"What's Wally World?" asked Heather, never having seen National Lampoon's Vacation from 1983. I explained the connection.
I was delighted to find a trout fishing pond near the entrance to the park which first opened its gates in 1983. We paid four dollars for a license and a bamboo fishing rod with a little dab of dough wrapped around the hook.
"This is my kind of ride," I said to the attendant, the only angler left, patiently waiting for a rainbow trout to come along a take a nibble.
They flirted with me several times, coming close, taking a sniff, then swimming along. Eventually I gave up and went for a stroll through Calaway to catch up with the rest of the gang.
"Who wants to do the roller coaster?" I asked.
"I will if you do," said Heather.
In the end, we were joined by a trepidatious Dylan who overlooked his fear of heights to join us on this high-flying adventure.
I screamed in delight as we plummeted down the first vertical drop, around the curve past the automatic camera and through the loop de loop. Heather was silently stoic in the seat to my left, Dylan was moaning in the back.
He wobbled and weaved as he got up at the end of the ride, his stomach in his throat. Despite his discomfort, he was pleased to have taken the ride, as was Heather, also her first.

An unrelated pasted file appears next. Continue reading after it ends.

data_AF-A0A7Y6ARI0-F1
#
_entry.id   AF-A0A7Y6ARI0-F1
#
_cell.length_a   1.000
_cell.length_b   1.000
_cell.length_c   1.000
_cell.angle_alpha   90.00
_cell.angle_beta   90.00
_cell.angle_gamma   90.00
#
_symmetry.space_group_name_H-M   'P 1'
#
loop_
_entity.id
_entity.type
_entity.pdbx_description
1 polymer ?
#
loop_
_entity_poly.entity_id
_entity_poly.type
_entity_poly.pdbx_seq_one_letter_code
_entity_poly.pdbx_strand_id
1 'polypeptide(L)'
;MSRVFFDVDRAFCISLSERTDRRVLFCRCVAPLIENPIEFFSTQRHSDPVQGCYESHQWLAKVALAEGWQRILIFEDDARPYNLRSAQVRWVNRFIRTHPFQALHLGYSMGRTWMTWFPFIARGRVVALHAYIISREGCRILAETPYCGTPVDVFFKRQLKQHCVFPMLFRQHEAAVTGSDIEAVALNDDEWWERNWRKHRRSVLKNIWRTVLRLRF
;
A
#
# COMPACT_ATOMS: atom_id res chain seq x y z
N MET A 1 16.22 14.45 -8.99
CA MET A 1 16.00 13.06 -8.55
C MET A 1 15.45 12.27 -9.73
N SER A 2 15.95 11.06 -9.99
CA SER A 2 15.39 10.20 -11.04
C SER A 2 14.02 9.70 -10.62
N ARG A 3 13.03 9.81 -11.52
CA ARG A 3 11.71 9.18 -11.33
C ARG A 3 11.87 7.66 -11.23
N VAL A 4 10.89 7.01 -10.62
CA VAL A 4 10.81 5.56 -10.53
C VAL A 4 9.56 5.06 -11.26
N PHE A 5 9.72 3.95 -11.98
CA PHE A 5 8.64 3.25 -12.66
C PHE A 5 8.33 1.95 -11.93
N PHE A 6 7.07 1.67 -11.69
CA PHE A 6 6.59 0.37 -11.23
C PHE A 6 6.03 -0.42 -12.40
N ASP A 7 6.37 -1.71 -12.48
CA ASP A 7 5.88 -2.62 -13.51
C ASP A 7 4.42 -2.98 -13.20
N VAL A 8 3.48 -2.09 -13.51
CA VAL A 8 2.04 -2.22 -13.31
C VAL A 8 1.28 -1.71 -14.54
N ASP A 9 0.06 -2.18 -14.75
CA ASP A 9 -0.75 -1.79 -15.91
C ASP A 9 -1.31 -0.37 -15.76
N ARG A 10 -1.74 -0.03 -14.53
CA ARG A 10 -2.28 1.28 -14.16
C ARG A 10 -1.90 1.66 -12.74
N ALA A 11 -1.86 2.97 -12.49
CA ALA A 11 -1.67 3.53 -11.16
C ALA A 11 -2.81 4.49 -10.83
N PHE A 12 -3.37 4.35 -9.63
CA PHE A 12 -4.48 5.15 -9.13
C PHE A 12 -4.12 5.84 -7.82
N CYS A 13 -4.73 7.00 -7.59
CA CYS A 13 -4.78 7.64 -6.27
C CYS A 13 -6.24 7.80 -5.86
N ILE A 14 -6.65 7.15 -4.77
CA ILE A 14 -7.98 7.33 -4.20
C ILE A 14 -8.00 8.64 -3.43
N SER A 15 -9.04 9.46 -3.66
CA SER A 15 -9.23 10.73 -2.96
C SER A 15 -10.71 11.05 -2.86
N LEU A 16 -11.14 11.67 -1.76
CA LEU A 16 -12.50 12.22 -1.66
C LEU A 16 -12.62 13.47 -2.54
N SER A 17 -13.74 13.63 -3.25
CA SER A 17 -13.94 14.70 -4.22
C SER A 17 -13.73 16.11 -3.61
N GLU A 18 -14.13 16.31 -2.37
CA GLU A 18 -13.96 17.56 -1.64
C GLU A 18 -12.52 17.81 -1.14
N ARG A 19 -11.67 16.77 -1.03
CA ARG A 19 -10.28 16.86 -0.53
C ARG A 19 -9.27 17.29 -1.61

Ben was next, chomping at the bit to give it a go. In training to tackle the Green Beast at Sustainival, happening at the end of the month back home, he took my advice, kept his eyes wide open and sailed through the two trips around the course.
Generally speaking, I am not much of a ride person. The thought of doing anything that involves going round and round makes my stomach flip. But I can handle a roller coaster, as it is always going forward. I have tried coasters at the West Edmonton Mall, on top of the Stratosphere and in front of New York New York in Las Vegas. I can now add Calaway Park to this meager list of roller coaster conquests.